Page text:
I had a piggy bank as a kid. It was white, with flowers painted on its belly, a rubber stopper underneath, so I could take out the coins and count them from time to time. Not that there was much in it, mind you. Except for First Communion or Confirmation, we weren't on a cash economy, back there on the farm. (And allowances were what happened to town kids...)
I always suspected it was a girl pig--it had a flower behind its ear. And though my big brother's pig had flowers painted on it too, his had one of those New York cabbie hats, yellow, on its head. Always found that vaguely dissatisfying.
So when I started making my own piggy banks, I did no flowers whatsoever. Just a wheel-thrown body, handle-pulled legs and ears and tail, porcelain eyes. Oh, and the cork moved from the belly up to the mouth, gave that flat-nose pig snout look.
After the pigs, I tried elephant banks, also thrown like bottles on the wheel, then tipped 90°, with the legs and ears and tusks added later. The first ones were not entirely functional; I'd neglected to include the cork hole, so you had to do the butter-knife-in-the-coin-slot thing. I had to sell them off as Savings and Loans: You could put your money in but you couldn't get it out again. Since then all of my banks have had no penalty withdrawal systems.
In their heyday, I had some 25 or 30 different styles on banks on the shelf. Some are still boxed up in my shed, waiting for the person who can't live without a walrus or beaver bank. In the meantime, I've slimmed down the regular line-up to six or so. It's kind of a mass extinction, though oddly enough, this time the dinosaurs survived.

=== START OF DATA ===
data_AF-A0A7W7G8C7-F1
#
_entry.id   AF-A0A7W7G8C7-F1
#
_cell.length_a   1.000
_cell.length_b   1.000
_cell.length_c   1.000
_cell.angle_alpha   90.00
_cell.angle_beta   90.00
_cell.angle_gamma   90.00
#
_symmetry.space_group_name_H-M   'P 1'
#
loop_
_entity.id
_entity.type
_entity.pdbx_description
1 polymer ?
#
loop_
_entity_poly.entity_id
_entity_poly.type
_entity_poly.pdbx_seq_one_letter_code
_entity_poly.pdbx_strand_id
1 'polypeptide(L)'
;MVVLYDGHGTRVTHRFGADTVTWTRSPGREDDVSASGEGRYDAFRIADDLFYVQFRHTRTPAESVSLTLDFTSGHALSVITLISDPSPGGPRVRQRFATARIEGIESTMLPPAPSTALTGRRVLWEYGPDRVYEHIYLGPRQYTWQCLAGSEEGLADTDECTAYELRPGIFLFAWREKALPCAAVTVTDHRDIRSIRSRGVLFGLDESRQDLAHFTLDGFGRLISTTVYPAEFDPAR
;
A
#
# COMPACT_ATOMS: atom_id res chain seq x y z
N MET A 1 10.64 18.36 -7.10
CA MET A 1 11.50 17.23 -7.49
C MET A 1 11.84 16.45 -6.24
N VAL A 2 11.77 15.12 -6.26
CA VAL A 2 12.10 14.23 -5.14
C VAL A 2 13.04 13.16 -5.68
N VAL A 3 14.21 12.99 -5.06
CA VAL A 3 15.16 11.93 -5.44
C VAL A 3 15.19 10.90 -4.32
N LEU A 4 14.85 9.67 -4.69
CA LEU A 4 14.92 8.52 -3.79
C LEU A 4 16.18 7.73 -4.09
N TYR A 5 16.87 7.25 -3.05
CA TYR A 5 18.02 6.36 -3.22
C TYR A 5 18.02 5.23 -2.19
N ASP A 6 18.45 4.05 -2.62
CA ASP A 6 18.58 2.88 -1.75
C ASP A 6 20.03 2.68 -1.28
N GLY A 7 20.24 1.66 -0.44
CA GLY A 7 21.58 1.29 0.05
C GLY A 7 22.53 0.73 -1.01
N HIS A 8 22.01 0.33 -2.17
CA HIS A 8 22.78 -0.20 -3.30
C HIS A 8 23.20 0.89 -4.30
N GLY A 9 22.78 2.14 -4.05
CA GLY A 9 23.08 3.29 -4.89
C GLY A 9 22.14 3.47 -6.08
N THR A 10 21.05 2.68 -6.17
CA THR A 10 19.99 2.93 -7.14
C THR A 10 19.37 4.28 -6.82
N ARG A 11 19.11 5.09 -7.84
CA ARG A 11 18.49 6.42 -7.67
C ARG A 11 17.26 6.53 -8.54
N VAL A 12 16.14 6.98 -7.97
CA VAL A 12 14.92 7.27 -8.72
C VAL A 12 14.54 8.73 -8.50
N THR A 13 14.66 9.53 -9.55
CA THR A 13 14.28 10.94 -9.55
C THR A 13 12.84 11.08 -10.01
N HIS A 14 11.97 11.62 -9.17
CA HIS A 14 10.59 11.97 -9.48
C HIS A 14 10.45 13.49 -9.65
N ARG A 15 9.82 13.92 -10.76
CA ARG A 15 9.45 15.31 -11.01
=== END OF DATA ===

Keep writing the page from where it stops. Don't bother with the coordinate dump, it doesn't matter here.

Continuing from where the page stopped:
Our banks have wheel-thrown bodies, with handbuilt features added when they're partially dried ("leather-hard"). All feature a coin slot on top and a no-penalty withdrawal system (okay, a cork or rubber stopper) for easy liquidity.
Regular bank patterns include classic Piggy banks, Elephants, Cats (in three tiger patterns: Cobalt blue on white, Gold on white, and Brown on tan), Chickens (for your nest egg), and for those inheriting old money, Tyrannosaurs, Stegosaurs and Brontosaurs. Yes, I know, the official name is "apatosaur." But which would you rather be, a "long neck" or a "thunder lizard?" I rest my case.
Blame it all on E. D. Cope and O. C. Marsh.
Other animals may be special-ordered, price quoted on request. I've made an opposum (with prehensile tail curled around her kit), armadillo, even a giraffe. The price for a special order will vary with its complexity; the giraffe, with wheel-thrown neck, body, and all four legs cost about twice the usual bank fee. But it was awfully cute. One thing about special orders--they can't be done fast. Depending on where in my firing cycle I am it can be as little as two or as much as six weeks before they're ready. Just so you know.